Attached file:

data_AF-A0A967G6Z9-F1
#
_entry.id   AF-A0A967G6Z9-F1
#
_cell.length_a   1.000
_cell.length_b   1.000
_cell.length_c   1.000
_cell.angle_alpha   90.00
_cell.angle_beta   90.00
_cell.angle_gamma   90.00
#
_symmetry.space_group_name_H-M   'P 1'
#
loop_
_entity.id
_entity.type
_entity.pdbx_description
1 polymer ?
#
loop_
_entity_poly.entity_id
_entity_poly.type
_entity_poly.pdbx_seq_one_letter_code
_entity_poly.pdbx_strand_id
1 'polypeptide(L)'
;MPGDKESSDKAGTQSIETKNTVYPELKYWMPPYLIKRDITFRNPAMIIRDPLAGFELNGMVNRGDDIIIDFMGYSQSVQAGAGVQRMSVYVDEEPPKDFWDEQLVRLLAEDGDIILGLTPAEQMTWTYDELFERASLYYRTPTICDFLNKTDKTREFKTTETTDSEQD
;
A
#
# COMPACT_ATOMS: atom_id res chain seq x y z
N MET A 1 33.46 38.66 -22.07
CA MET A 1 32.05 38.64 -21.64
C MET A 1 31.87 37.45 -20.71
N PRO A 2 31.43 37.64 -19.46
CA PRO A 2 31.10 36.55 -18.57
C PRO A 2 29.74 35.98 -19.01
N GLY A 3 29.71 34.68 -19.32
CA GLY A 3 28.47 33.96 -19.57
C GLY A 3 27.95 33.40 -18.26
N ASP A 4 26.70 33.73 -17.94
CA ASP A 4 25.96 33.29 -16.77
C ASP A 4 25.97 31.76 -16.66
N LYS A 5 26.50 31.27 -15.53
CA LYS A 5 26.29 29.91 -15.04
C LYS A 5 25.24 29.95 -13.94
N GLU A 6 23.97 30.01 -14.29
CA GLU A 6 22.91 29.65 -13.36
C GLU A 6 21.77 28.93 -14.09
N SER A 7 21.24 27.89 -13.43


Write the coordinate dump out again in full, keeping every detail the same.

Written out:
data_AF-A0A967G6Z9-F1
#
_entry.id   AF-A0A967G6Z9-F1
#
_cell.length_a   1.000
_cell.length_b   1.000
_cell.length_c   1.000
_cell.angle_alpha   90.00
_cell.angle_beta   90.00
_cell.angle_gamma   90.00
#
_symmetry.space_group_name_H-M   'P 1'
#
loop_
_entity.id
_entity.type
_entity.pdbx_description
1 polymer ?
#
loop_
_entity_poly.entity_id
_entity_poly.type
_entity_poly.pdbx_seq_one_letter_code
_entity_poly.pdbx_strand_id
1 'polypeptide(L)'
;MPGDKESSDKAGTQSIETKNTVYPELKYWMPPYLIKRDITFRNPAMIIRDPLAGFELNGMVNRGDDIIIDFMGYSQSVQAGAGVQRMSVYVDEEPPKDFWDEQLVRLLAEDGDIILGLTPAEQMTWTYDELFERASLYYRTPTICDFLNKTDKTREFKTTETTDSEQD
;
A
#
# COMPACT_ATOMS: atom_id res chain seq x y z
N MET A 1 33.46 38.66 -22.07
CA MET A 1 32.05 38.64 -21.64
C MET A 1 31.87 37.45 -20.71
N PRO A 2 31.43 37.64 -19.46
CA PRO A 2 31.10 36.55 -18.57
C PRO A 2 29.74 35.98 -19.01
N GLY A 3 29.71 34.68 -19.32
CA GLY A 3 28.47 33.96 -19.57
C GLY A 3 27.95 33.40 -18.26
N ASP A 4 26.70 33.73 -17.94
CA ASP A 4 25.96 33.29 -16.77
C ASP A 4 25.97 31.76 -16.66
N LYS A 5 26.50 31.27 -15.53
CA LYS A 5 26.29 29.91 -15.04
C LYS A 5 25.24 29.95 -13.94
N GLU A 6 23.97 30.01 -14.29
CA GLU A 6 22.91 29.65 -13.36
C GLU A 6 21.77 28.93 -14.09
N SER A 7 21.24 27.89 -13.43